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(photo credit: AP)
A report issued on Tuesday by epidemiologist Elihu Richter and Dr. Yael Stein charged that a recent document released by the human rights organization B'Tselem on the number of Palestinian combatants and non-combatants killed in Operation Cast Lead "is flawed by major errors of commission and omission and possibly major misclassification biases."
Richter and Stein published the report for the Center for Injury Prevention and Genocide Prevention Program at the Hebrew University-Hadassah School of Public Health and Community Medicine.
So far, B'Tselem has published summary figures but intends to release the names of every Palestinian who allegedly died in the military operation along with basic information about each one, including whether they were combatants or non-combatants.
The summary figures are sharply at odds with the official casualty figures published by the IDF after the fighting. According to B'Tselem, 1,387 Palestinians died in Operation Cast Lead; according to the army, 1,166 Palestinians were killed. According to B'Tselem, 773 of the Palestinians who were killed were non-combatants while 330 were combatants; according to the army, 295 of the dead were non-combatants while 709 were combatants. The army could not classify 162 Palestinian males aged 16-50.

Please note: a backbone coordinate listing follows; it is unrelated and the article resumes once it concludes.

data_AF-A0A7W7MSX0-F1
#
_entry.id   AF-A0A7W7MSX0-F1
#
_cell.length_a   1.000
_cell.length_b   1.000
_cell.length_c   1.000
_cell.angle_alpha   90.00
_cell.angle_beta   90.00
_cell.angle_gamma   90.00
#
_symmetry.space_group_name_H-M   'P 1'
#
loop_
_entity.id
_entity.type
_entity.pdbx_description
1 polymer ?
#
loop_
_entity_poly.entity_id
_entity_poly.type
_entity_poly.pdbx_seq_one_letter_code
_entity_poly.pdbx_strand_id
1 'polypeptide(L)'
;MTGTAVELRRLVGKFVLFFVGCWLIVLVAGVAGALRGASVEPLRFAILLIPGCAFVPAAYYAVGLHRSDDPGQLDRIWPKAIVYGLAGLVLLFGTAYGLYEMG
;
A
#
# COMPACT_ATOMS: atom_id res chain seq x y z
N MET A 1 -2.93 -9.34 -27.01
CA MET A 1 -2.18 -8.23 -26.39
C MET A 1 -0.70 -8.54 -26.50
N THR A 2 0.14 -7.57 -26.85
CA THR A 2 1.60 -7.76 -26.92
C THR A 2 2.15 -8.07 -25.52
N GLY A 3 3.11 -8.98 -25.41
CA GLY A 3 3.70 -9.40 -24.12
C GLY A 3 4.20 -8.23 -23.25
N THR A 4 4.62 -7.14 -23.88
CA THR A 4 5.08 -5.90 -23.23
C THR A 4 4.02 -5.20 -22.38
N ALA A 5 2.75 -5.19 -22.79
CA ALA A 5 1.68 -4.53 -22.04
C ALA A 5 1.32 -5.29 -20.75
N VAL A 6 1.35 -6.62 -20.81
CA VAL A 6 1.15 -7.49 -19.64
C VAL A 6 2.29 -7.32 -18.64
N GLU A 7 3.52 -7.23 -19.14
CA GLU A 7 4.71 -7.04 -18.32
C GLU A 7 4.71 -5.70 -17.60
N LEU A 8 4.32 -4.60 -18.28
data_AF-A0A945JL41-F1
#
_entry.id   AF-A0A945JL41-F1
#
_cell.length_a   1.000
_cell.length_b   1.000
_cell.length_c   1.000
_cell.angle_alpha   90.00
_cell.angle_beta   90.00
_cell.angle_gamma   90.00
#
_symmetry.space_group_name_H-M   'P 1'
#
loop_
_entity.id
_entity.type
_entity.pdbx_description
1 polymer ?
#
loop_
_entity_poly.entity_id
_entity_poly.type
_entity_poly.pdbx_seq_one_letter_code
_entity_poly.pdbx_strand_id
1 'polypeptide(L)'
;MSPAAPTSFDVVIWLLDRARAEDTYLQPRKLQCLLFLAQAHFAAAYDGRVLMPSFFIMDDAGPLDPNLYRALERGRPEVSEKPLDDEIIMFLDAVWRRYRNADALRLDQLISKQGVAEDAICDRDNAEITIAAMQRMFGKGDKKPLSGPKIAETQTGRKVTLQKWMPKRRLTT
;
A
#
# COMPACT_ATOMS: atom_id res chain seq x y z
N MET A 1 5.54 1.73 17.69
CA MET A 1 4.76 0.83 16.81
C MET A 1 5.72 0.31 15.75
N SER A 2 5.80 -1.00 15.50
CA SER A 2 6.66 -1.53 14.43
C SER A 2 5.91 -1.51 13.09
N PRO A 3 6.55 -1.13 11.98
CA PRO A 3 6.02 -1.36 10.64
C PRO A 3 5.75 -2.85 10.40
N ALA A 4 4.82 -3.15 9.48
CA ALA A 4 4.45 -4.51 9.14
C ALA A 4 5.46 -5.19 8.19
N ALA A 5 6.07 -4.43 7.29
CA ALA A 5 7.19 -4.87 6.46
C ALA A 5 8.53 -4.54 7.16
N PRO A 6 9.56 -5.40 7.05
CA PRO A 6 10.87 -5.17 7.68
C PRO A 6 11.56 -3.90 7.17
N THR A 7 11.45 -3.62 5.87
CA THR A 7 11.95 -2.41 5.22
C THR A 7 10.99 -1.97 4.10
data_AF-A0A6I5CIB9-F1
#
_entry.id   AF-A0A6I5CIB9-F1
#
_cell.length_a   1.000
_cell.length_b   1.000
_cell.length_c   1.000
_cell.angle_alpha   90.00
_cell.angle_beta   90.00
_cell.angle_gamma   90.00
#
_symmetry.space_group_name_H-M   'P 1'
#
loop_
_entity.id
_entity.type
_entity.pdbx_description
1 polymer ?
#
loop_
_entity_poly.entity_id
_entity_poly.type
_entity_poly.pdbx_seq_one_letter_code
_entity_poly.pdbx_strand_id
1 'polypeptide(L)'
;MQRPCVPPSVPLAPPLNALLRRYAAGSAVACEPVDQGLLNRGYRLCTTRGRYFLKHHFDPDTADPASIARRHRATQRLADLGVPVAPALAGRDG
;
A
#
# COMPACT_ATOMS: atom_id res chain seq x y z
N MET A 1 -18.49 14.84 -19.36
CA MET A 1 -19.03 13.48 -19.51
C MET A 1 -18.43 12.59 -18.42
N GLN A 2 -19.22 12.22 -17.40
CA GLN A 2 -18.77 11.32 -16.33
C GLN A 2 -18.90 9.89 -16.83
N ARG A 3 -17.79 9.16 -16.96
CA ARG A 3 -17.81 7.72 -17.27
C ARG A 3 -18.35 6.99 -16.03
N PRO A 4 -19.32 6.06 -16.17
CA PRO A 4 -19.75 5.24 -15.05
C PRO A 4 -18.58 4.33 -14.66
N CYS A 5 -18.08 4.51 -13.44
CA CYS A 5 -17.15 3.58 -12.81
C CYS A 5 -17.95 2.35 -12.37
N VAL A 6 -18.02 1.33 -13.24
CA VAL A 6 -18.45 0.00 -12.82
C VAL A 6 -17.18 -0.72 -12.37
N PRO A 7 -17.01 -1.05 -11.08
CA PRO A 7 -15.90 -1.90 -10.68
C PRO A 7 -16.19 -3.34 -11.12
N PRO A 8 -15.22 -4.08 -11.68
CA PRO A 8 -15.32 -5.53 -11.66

The army's figures also include about 240 Gaza policemen who were killed in IDF air attacks on their police stations on the first day of the fighting. B'Tselem does not include the policemen as combatants but acknowledges that some of them were also members of Hamas.
The authors of the report charged that B'Tselem's classifications of combatant and non-combatant status were "flawed by restrictive definitions." B'Tselem wrote that its classification was based on "a new approach" of the International Committee of the Red Cross which declares that anyone who fulfills a "continuous combat function" should be considered a combatant even if he is not taking a direct part in hostilities at the moment he is killed. A person who does not fulfill a continuous combat function, but is killed when directly participating in hostilities is also considered a combatant. On the other hand, "persons who continuously accompany or support an organized armed group but whose function does not involve direct participation in hostilities maintain their status as civilians and are not legitimate objects of attack."
The authors also wrote that the raw data provided by B'Tselem were sufficient to indicate that many victims not classified as combatants by the human rights organization actually were.
For example, in the breakdown of the number of Palestinians killed from birth until the age of 18, the ratio of males to females increased dramatically as the age increased. Thus, B'Tselem found that 33 males and 27 females were killed up to the age of six (1.2 male/female ratio) compared with 26 males and 4 females between the ages of 17 and 18 (6.5 male/female ratio.) The authors concluded that "the findings suggest that a very large number of the 153 males, aged 11 to 18, could have been involved in, drawn into or exposed to combatant situations either as shields, fighters, circumstantial helpers, sporadic helpers or accidental bystanders."
The statistics regarding adult deaths listed as non-combatants showed similar trends.